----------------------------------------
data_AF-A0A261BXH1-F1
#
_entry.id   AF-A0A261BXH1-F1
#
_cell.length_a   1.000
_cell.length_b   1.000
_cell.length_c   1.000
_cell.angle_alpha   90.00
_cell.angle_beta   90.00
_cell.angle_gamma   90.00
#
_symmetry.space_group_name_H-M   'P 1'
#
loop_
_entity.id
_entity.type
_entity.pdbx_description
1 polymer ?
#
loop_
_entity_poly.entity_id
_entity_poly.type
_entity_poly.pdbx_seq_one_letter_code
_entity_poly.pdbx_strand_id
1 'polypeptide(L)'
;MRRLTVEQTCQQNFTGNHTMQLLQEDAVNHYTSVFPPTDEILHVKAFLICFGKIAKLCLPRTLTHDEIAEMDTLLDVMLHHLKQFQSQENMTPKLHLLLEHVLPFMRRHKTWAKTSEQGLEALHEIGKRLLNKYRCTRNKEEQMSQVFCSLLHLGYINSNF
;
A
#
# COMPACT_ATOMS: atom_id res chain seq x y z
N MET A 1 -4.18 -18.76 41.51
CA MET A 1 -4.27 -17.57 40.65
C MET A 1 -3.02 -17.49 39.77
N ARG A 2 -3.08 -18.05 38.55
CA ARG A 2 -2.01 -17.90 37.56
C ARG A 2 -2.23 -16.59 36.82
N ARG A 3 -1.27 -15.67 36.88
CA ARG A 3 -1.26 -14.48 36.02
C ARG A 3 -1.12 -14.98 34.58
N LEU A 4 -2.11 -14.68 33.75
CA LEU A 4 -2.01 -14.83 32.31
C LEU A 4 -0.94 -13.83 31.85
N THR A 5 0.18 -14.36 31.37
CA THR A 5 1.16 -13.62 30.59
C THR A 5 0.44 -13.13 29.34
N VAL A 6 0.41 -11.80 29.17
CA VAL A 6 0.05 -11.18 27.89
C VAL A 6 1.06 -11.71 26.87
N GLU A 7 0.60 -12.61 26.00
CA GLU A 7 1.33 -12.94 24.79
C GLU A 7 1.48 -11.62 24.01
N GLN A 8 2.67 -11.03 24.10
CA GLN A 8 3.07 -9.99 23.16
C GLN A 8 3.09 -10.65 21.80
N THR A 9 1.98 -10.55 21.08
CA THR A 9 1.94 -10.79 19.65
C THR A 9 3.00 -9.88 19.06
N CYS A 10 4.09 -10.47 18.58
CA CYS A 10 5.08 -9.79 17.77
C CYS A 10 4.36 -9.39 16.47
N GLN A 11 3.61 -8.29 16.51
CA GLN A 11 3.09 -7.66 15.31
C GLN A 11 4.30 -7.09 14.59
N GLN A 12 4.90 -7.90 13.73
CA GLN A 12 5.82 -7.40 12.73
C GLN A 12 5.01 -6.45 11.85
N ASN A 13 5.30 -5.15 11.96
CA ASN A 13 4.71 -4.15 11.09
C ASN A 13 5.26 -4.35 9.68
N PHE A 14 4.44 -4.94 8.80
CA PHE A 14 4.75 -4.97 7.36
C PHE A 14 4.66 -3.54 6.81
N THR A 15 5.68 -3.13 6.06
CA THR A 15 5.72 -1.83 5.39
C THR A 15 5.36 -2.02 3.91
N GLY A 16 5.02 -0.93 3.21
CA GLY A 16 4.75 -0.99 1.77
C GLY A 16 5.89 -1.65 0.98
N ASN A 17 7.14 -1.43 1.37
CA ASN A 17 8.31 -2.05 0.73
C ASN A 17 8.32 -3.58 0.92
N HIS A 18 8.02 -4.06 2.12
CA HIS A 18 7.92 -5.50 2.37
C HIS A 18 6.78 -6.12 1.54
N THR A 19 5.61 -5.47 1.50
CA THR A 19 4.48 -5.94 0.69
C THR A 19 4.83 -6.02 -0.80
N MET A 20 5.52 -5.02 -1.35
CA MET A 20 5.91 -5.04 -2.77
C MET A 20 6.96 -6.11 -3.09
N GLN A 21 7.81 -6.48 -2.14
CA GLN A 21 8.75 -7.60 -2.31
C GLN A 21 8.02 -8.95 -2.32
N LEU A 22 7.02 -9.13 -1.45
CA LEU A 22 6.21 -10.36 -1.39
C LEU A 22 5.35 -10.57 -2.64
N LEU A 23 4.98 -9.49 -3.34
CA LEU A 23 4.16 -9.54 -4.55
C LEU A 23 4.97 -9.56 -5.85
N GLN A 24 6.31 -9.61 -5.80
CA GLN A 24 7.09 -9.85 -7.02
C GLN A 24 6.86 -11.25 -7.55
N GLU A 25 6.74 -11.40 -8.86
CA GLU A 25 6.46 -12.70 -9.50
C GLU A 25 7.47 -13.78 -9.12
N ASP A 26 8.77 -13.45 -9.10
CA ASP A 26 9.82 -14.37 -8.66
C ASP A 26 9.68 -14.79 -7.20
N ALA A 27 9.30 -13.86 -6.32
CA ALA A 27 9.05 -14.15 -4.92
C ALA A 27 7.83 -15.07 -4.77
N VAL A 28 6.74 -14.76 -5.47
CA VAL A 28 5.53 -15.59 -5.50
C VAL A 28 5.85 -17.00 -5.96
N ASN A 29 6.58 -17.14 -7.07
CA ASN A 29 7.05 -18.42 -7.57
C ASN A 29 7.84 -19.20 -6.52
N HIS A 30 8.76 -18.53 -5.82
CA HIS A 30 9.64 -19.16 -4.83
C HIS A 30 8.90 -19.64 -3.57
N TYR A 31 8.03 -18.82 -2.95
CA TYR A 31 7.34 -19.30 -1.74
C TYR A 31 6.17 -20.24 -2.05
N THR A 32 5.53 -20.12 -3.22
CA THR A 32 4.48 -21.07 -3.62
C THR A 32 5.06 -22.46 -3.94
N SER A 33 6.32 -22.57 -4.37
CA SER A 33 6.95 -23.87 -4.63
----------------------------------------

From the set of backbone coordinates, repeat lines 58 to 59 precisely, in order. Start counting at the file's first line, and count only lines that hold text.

N CYS A 10 4.09 -10.47 18.58
CA CYS A 10 5.08 -9.79 17.77